Ancient Coins : Lydian Gold Considered the First Coins in the World

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The Lydians were justly famous for their coinage. Apart from this statement of Herodotus, an earlier Greek authority, Lydian electrum coins of Colophon, explicitly attributed the very invention of coinage to the Lydians, 1 and this is borne out by the evidence of the coins themselves.

Since a number of these earliest coins were inscribed with Lydian names in the Lydian alphabet, it is perfectly evident that they, too, were minted in Lydia by Lydians.

This historical linkage between Lydia, electrum, and the beginning of coinage is not hard to lydian electrum coins. But because it was a mixed lydian electrum coins whose gold-silver proportions varied in nature and could be artificially manipulated by adding refined silver to dilute the gold content, it was poorly suited as a dependable means of exchange.

When offered in a transaction, the quality of the metal first had to be tested visually from the color of streaks made on a touchstone No. Even if each small piece were separately tested, it would have been exceedingly difficult to determine with any accuracy the value of an entire bag of pieces, each with a different weight and fineness. Over time, as the complexities and unreliability of electrum bullion became widely recognized, Lydians and their Greek and Carian neighbors who had accumulated large stocks of this metal must have found it increasingly difficult to utilize it in payments that others would accept.

One way out of this dilemma would have been to avoid dealing in electrum bullion altogether and, if possible, separate it metallurgically into its pure gold and silver components, whose exchange use was straightforward. But, despite written evidence for gold-refining in second millennium Mesopotamia and Egypt, it is not certain whether a technique for fully parting silver and gold as opposed to removing base metal impurities from electrum had been developed before the sixth century.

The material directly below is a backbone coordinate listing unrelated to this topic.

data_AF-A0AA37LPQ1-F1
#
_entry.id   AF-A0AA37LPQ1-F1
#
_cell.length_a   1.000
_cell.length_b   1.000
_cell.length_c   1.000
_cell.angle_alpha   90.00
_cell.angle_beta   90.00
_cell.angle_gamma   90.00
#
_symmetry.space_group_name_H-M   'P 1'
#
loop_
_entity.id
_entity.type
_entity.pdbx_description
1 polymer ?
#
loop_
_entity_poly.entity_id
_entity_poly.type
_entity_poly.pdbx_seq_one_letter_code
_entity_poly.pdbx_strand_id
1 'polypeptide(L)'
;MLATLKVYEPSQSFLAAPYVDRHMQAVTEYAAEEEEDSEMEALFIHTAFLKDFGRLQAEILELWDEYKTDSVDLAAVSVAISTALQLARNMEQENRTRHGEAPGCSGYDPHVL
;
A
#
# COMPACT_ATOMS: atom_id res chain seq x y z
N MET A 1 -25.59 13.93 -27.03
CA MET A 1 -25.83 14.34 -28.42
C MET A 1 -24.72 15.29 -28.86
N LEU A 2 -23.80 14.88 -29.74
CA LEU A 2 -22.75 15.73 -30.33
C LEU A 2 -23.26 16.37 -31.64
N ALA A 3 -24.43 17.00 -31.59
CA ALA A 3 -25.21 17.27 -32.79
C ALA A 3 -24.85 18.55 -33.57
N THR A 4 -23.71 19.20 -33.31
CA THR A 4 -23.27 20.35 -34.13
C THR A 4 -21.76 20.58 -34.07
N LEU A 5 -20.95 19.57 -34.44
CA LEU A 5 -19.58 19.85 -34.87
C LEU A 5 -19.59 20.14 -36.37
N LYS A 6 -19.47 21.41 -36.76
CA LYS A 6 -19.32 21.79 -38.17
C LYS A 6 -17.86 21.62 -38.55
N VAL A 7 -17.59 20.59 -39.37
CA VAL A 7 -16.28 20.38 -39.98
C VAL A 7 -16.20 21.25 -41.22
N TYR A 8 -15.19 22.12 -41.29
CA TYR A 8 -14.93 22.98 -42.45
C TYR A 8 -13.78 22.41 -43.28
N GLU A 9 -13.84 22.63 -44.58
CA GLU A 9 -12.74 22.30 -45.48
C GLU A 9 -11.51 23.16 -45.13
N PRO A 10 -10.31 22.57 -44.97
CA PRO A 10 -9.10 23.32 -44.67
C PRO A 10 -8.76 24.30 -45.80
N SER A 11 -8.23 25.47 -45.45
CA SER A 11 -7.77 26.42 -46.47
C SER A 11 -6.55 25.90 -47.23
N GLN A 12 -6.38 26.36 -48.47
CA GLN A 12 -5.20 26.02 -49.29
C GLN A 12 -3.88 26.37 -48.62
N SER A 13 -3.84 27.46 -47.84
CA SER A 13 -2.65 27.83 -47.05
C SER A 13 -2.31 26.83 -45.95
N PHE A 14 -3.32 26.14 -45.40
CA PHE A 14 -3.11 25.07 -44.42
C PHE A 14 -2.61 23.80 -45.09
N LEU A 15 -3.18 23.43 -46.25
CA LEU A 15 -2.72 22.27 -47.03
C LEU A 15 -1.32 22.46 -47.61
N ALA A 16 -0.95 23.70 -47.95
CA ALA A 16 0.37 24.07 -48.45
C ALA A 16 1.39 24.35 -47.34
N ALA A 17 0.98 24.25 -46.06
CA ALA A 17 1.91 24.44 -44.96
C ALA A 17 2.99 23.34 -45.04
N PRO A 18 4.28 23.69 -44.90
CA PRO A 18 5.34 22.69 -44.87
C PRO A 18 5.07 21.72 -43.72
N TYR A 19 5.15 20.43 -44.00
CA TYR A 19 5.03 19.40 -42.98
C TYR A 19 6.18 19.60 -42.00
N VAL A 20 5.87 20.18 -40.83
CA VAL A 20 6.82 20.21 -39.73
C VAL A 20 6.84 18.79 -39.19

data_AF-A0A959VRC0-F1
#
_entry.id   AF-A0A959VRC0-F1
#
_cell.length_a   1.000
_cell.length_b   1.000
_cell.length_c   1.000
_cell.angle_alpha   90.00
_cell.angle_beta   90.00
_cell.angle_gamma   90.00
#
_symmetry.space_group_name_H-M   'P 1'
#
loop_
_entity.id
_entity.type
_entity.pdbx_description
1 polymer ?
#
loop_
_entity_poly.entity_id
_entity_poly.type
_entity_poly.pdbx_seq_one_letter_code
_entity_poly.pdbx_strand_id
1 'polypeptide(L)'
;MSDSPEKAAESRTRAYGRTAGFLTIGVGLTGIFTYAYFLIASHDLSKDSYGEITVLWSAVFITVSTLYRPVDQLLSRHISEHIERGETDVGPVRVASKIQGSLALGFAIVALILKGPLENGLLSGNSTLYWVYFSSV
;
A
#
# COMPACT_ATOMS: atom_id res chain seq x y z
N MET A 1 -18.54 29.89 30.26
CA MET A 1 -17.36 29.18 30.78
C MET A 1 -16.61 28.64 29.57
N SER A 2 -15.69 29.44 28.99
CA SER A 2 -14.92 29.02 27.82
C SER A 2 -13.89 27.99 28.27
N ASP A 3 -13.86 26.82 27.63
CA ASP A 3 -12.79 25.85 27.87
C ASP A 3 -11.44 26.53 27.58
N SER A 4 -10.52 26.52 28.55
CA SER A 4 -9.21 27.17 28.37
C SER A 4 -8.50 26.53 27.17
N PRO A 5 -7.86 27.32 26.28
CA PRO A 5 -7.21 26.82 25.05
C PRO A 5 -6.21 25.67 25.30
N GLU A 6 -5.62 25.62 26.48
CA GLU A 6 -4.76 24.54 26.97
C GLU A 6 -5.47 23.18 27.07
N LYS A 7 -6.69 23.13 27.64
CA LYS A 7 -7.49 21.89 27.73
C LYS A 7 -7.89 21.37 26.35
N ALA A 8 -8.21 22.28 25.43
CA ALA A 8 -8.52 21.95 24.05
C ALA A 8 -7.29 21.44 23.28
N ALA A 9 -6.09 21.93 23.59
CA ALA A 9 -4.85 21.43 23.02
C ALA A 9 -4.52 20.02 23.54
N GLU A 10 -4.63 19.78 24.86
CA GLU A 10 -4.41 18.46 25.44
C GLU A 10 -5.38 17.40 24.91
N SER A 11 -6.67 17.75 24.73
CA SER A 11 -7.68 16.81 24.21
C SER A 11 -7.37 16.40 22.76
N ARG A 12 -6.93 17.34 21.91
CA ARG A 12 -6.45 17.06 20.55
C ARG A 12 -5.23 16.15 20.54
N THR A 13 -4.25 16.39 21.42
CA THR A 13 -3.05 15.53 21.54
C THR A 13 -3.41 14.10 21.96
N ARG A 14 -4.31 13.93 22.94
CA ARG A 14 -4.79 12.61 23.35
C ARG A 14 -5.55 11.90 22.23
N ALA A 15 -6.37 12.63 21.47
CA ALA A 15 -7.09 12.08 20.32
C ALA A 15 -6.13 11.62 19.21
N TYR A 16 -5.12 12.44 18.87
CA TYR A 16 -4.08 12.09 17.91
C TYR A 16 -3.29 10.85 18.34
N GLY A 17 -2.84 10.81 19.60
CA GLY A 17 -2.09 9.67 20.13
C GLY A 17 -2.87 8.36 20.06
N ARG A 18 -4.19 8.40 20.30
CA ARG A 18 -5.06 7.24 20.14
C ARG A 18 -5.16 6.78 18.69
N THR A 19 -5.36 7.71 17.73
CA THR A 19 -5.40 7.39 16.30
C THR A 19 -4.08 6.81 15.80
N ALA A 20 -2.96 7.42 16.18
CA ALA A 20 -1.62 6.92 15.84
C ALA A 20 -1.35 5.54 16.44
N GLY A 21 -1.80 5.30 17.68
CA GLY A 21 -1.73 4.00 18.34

By effectively transferring valuation from the metal itself to the issuing authority, this solution hugely simplified the use of electrum in exchange transactions. Instead of having to weigh out each piece of electrum and test it for fineness, stamped, pre-weighed, and guaranteed units of the metal could be exchanged instantaneously at sight.

Total sums could be determined quickly and exactly by the simple counting out of coins and by the fact lydian electrum coins these earliest electrum coins were issued in small, fractional denominations as well as in larger weight units. The most important lydian electrum coins of these early electrum coins come from excavations.

In the —5 excavations lydian electrum coins the great Temple of Artemis at Ephesus, archaeologists from the British Museum discovered ninety-three electrum coins that had been deposited as offerings during the latter part of the seventh century BCE.

The rest of the coins were stamped with over a dozen different symbols or coin types. At least one type, the profile head of a lion accompanied by a Lydian inscription, belongs to coins that are clearly Lydian in origin Nos. Other symbols identify coins that were minted at nearby Greek cities, like Phocaea head of a seal and, probably, Ephesus forepart of a stag. Indeed, the profusion of type symbols is a puzzling characteristic of the early lydian electrum coins coinage as a whole.

Dozens upon dozens of different coin types are known, 6 suggesting that in addition to the coins that were minted by Lydian monarchs and Greek city states, much early electrum may have been struck by local dynasts, large landholders, and other petty rulers in Lydia and neighboring regions—anyone, in short, with wealth in electrum and a need to spend it. Electrum twelfth-stater from Ephesus, lion head with wart on the nose, No.

The most numerous coins found in the Ephesus excavations were those stamped with the head of a lion in profile Nos. Because he lived much earlier than these coins, this cannot be the name of the famous king, but it could be the name of a treasury or other royal official with a responsibility for minting.

A large hoard of some forty-five of these royal lion-head coins, slightly later than the ones at Ephesus, was excavated at the Phrygian capital city of Gordion in Nos.

The lion-head coins were minted in graduated denominations, the largest weighing 4. Inasmuch as half of the electrum coins in the Ephesus deposit weighed less than 1. Because of their substantial component of gold, these small fractional electrum coins were nevertheless a good deal more valuable than their diminutive sizes might suggest.

Lydian electrum coins notable monetary aspect of the royal lion-head coins is that they were highly overvalued. Hoard of Lydian electrum coins from Gordion, No. Electrum twenty-fourth stater from Ephesus, with lion paw No.